The practice nurse will also advise you of any specific medicines you should have with you.

 

There are some simple self help things you can do to make any trip safer.

 

Be safe
Be hygenic
Have a small first aid kit including re-hydration sachets
Watch what you eat
Drink bottled water
Check whether the ice cubes are 'home made' or bought in
Take effective precautions for sun protection
Take any medication your GP or practice nurse advises to protect yourself, like Malaria tablets
Have a great holiday, wherever you go.

GENERIC MEDICINES

WHAT DOES THIS MEAN?


A generic medicine is a medicine which contains the same active ingredients as the original patented one, however it is much cheaper to purchase. It is usually a different shape or colour to the original brand, but it does exactly the same job.

 

 

WHY IS THIS GOOD FOR THE PATIENT?


As demands on the health service grow, generic medicines provide patients with safe and effective treatment while reducing the cost of pharmaceutical care. Generic medicines are widely demanded in many EU countries and are increasingly prescribed by GP’s.

 

 

Generic medicines stimulate competition between the pharmaceutical companies as soon as the patent on the original brand expires. This means that your doctor can prescribe medicines safely and the costs to the practice are reduced, allowing the practice to provide more services for the budget they are given.

 

WHAT YOU NEED TO KNOW


If you take regular medication try and remember its strength and its name. Sometimes you may be given a different brand; by going to the same pharmacy for your prescription each time you may avoid this. If you are worried about your medicines your doctor or pharmacist will be happy to discuss them and put your mind at rest.

 

HEARING

Our sense of hearing can experience various types of loss or change, some of which are short-term and nothing to worry about, whilst others are permanent to a greater or lesser degree. Some common causes of 'hearing loss' are;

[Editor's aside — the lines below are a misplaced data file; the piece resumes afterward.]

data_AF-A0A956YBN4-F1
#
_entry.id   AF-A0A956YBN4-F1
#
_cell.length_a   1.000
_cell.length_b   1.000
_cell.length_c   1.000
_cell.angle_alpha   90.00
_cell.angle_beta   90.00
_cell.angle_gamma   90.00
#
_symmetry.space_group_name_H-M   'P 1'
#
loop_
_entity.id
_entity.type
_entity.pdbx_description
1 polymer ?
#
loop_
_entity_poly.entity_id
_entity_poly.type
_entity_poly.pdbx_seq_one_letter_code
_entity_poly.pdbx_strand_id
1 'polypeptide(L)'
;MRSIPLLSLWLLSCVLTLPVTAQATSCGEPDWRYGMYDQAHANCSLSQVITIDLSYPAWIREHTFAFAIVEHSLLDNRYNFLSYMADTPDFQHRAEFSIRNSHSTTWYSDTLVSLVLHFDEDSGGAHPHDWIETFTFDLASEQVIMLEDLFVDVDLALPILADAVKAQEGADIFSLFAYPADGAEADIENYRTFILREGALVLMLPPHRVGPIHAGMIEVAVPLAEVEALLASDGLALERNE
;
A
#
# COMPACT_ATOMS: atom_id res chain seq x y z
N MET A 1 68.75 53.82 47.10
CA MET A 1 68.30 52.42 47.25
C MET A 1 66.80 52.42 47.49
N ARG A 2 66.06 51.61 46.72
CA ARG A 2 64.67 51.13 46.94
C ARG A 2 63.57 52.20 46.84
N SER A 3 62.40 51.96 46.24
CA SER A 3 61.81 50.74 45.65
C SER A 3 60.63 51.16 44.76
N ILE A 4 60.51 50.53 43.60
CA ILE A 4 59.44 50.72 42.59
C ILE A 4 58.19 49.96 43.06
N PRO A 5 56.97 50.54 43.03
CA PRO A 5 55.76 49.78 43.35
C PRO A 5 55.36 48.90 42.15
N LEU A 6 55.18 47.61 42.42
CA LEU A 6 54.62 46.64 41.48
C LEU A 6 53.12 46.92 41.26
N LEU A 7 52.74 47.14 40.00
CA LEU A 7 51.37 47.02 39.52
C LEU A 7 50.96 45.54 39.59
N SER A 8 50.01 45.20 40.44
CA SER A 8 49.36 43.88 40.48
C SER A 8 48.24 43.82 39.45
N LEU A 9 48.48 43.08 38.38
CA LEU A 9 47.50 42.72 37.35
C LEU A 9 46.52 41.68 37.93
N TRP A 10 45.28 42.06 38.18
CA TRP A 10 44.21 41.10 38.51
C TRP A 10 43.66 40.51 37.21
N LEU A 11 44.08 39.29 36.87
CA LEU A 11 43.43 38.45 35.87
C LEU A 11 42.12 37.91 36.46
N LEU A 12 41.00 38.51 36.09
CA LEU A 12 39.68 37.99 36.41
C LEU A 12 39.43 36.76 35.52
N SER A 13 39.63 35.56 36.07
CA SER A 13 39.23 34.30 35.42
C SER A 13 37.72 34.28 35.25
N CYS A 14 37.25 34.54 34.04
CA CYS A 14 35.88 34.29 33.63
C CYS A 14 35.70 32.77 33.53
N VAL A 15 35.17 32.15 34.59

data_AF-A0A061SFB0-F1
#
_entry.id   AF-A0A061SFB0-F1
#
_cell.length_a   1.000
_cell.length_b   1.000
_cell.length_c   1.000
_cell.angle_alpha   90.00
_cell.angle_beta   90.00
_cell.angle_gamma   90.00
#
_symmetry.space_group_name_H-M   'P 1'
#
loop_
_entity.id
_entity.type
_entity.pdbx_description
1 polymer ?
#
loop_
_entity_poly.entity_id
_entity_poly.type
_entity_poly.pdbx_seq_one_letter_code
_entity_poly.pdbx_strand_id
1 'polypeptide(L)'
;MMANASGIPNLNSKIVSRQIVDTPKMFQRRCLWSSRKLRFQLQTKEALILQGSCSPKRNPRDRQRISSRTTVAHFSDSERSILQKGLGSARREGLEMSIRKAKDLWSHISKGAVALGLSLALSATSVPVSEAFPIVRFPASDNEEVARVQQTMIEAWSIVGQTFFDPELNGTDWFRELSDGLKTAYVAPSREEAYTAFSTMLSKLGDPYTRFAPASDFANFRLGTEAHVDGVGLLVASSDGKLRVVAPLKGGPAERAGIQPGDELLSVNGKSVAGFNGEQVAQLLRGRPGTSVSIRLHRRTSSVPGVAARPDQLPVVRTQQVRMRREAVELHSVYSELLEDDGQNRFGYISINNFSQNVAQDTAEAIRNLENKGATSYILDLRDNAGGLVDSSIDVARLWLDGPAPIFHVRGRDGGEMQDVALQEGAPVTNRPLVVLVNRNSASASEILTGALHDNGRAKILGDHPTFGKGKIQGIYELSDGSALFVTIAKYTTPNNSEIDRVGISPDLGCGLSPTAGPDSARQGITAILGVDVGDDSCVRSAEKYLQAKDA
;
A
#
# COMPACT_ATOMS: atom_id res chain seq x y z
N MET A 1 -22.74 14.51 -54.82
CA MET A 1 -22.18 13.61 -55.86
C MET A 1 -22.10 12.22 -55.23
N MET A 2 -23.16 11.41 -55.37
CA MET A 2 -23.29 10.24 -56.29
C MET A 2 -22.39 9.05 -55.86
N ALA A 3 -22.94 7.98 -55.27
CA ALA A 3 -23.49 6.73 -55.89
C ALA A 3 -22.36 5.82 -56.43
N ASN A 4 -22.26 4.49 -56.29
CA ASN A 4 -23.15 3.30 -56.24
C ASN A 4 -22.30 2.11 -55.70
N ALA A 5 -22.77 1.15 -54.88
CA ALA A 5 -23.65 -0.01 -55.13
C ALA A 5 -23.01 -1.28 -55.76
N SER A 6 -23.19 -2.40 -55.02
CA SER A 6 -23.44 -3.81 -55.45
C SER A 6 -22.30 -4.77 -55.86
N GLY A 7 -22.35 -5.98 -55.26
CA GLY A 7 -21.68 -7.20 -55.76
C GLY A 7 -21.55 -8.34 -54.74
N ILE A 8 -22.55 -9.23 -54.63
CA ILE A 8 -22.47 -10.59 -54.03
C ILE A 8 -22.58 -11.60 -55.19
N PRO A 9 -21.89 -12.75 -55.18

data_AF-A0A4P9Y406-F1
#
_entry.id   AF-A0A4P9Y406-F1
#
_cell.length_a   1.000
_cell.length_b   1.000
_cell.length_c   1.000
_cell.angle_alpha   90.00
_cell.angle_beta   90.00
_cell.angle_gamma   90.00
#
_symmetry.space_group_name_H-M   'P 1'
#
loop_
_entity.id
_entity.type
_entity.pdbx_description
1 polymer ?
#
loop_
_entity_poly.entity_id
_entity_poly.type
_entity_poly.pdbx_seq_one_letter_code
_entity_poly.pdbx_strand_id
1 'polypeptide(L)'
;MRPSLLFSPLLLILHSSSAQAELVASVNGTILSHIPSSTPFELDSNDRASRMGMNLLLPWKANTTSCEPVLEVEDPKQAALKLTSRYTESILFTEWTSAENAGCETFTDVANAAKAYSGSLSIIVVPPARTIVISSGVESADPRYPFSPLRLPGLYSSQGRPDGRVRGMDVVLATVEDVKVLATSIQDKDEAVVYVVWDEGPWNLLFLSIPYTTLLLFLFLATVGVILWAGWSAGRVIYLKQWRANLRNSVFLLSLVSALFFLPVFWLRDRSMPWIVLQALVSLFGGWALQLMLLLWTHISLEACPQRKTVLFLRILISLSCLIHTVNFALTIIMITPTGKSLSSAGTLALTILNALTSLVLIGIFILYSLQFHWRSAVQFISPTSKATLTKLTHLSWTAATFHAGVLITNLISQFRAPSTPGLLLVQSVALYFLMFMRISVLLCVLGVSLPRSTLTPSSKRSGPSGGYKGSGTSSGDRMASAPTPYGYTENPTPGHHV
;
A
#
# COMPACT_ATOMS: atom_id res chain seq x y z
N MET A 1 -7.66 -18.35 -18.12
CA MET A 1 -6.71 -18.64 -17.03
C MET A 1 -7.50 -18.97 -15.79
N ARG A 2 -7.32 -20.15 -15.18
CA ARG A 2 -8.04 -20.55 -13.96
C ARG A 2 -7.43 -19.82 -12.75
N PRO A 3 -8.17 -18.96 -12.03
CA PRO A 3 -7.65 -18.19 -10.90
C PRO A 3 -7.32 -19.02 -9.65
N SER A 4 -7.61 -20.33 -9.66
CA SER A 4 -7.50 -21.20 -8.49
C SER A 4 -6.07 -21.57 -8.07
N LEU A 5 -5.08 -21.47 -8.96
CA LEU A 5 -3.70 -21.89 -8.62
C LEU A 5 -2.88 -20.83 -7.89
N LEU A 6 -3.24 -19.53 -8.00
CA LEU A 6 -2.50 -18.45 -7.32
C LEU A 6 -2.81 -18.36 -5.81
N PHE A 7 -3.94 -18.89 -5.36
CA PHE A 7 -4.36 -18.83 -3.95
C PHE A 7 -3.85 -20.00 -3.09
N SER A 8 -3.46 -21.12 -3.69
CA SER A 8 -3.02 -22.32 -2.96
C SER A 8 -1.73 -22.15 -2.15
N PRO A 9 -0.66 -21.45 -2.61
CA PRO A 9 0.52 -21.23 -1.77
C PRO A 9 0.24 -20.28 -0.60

WAX - Everyone gets wax in their ears, if it blocks the outer ear canal sounds are dull. If you have any problems please book an appointment with the practice nurse and she can check them for you.

 

AGE - As we get older our hearing has been subject to time, and any damage done cannot be repaired. It is wise to get a hearing test if - you start turning up the volume on the television, miss the sound of the doorbell ringing, or do not understand a word people are saying when it is obvious they are talking to you.

 

TINNITUS - Tinnitus, or ringing in the ears, is a result of damage to the microscopic hairs which sense sound in the inner ear. Nine times out of ten it goes away, but for 15% of us it doesn't, and once acquired, tinnitus can never be cured, only masked by other sounds.

 

Tinnitus Helpline: Tel Voice 0808 808 6666 or Textphone 0808 808 0007

 

NOISE INDUCED DEAFNESS

 

Noise induced deafness occurs very gradually and often goes unnoticed by the sufferer for a long time. Like tinnitus, once the damage is done it is irreversible. It can be a problem for those in any noisey environment for extended periods of time. Many specialists are concerned that more and more people will become victims of noise induced deafness earlier in life due to the trend of wearing headsets and playing loud music direct into the ear.

 

 

HOW DO WE GET HELP

 

It is very distressing for people when they lose their hearing especially if it is sudden; nowadays there is a lot more help for those who find themselves in this situation. Firsty speak to your doctor who will advise you on the best course of action.

 

 

PHONE BASED HEARING TEST

 

RNID the charity for deaf people have launched a campaign to help change attitudes towards hearing loss and hearings aids. The hearing check can be taken over the telephone by calling 0845 600 55 55.

 

 

HEARING THERAPISTS

 

A hearing therapist works with patients who have acquired hearing loss. They use a variety of methods to help improve a patient's ability to manage the hearing loss and continue to participate fully in activities of their daily living.

 

 

COCHLEAR IMPLANT

 

A cochlear implant is an electronic system that stimulates the auditory nerve directly, bypassing the hair cells in the cochlea. It can give a sensation of sound to the profoundly deaf who have been unable to hear using the hearings aids available.

 

Opticians

What is an Ophthalmic Optician?

Ophthalmic opticians are also called optometrists and opticians. They are qualified to do eye sight tests and prescribe and supply you with spectacles, glasses or contact lenses

Why have regular eyesight tests?

It is recommended that everyone has an eyesight test every couple of years. Prevention is always better than cure. Regular check-ups enable the optician to keep your eyes healthy.

 

The benefits of an eyesight test are many;

You keep your eyesight longer
if you have glasses and the prescription needs changing it can usually be done on site
Medical conditions are identified sooner and treated
Screening for glaucoma is a normal procedure
Who is entitled to free sight tests?